University gears up for 125th anniversary celebration

Sept. 25, 2015, 1:05 a.m.

With Stanford’s 125th anniversary in 2016, Stanford affiliates on campus and around the world can look forward to an exciting series of events this academic year. The celebration will officially begin this October and will continue through next year. According to Nicole Sunahara, director of special initiatives for Stanford, the theme running throughout the celebration will be Stanford’s transformative impact on people’s lives and on the world as a whole.

David Demarest, vice president for public affairs, noted that the 125th anniversary will be of a smaller scope than the 100th and 150th anniversaries, but he still sees it as an opportunity to reflect on Stanford’s past and future.

“We don’t want to overplay the 125th,” Demarest said. “We want to put it in the right context.”

“[The anniversary] is significant in that it gives us the right opportunity to do some reflection and to think about what brought Stanford to where it is today and, to some measure, where Stanford is going in the future,” he added. “If you look at the last 20 years or so, there’s been a tremendous and growing awareness of Stanford’s impact on the world.”

Using technology that was unavailable during the 100th anniversary in 1991, Stanford will be taking advantage of social media to bring Stanford affiliates around the world into the experience. For example, during Alumni Weekend this fall, Sunahara explained that a dome will be erected in which alumni can share their stories through videos about how Stanford has impacted them.

“[During] anniversaries, you often naturally think about looking backwards, maybe even looking backwards and forwards, but we also feel like we don’t want to miss celebrating Stanford at this moment in time — today,” Sunahara said.

Two events in honor of the anniversary have already taken place. Carissa Carter, the director of teaching experiments at the, recently held a 125th-anniversary-themed design challenge for 10 visiting scholars. According to Carter, the results demonstrated a breadth of ideas that the would not have considered.

“Visiting fellows are only on campus for a year,” Carter wrote in a statement to The Daily. “They are approaching campus with a fresh perspective and discovering nuances that the rest of us take for granted because we are here all the time.”

In addition, the Association of Chinese Scholars and Students at Stanford (ACSSS) is holding a photo contest called “The Spirit of Stanford,” open to anyone in the Stanford community.  ACSSS originally intended to host the contest on its own, but when the organization reached out to Stanford’s Office of Public Affairs, ACSSS was inspired to connect the event with the 125th anniversary. Submissions will not only be judged for the ACSSS contest, but all photos also gain the potential to be used in official University releases in the future.

“With this competition, we’re able to provide a lot of great photos from people at Stanford to express what they think about Stanford and what they — the beauty around them that Stanford provided,” said Biquan Luo, pathology postdoctoral scholar and member of ACSSS.

Those interested in the contest are free to explore different facets of the “spirit of Stanford,” ranging from technology to entrepreneurship, according to Lei “Ray” Zhong, postdoctoral fellow in the neurosurgery department.

Zhong recognized that individuals entering the contest will have a variety of talent in regards to photography skill, and although two professional photographers will act as judges and will be evaluating skill, Zhong said more emphasis will be placed on whether submissions capture the spirit of Stanford. ACSSS will hold an award ceremony announcing the winners, and the event will will feature a keynote speech by Alexander Nemerov, chair of the Department of Art & Art History and professor of arts and humanities.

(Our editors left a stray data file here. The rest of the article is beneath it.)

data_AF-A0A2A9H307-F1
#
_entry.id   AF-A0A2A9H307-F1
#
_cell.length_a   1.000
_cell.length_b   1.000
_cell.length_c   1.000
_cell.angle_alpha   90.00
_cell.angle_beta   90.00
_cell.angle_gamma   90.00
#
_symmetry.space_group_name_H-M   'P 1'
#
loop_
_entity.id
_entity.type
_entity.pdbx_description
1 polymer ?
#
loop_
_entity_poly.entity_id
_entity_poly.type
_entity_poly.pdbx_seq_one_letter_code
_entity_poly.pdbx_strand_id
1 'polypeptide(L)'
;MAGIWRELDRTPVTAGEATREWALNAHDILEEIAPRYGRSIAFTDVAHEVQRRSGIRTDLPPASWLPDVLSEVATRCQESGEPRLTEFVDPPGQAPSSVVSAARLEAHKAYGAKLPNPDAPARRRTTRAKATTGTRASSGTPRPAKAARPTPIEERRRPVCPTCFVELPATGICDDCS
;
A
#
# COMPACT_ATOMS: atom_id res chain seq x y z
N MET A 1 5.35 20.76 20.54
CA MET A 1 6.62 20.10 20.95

“Different people could appreciate different aspects of Stanford’s offering,” Luo said. “That’s why we want to include everybody who’s affiliated with Stanford — to express from their perspective what Stanford means to them.”

The first event held this fall will be an education-focused symposium called “Thinking Big About Learning” at Cemex Auditorium on Oct. 18. Covering topics from virtual reality to the neuroscience of learning, the conference will include speakers such as psychology professor Carol Dweck and Provost John Etchemendy.

“Because [learning is] an important topic at Stanford and also in our community, it’s of such great interest — that’s what we’re going to be launching the year with,” Sunahara said.

Another anticipated event is known as “Celebrating Founders.” In honor of the Stanford family’s role as founders, the event will include talks by a number of individuals who are founders of all kinds.

“Now that doesn’t mean just Jane and Leland, it means founders that have their roots in Stanford — whether that’s a founding of a company or a non-profit or even a movement,” Demarest said.

The celebration hopes to have an impact beyond just the celebration’s end in 2016. For example, kiosks will be installed around campus as part of the celebration, commemorating different moments in Stanford’s history. According to Demarest, the kiosks will not be taken down after the end of the year, but rather will allow people to trace Stanford’s history as they walk around campus for years to come.

“[The celebration is] really an opportunity for Stanford to connect with not only its campus community — students, faculty, staff, alumni — but also the broader community as well and even the people that are touched somehow by Stanford innovation or people or discovery around the world,” Sunahara said.


Contact Skylar Cohen at skylarc ‘at’

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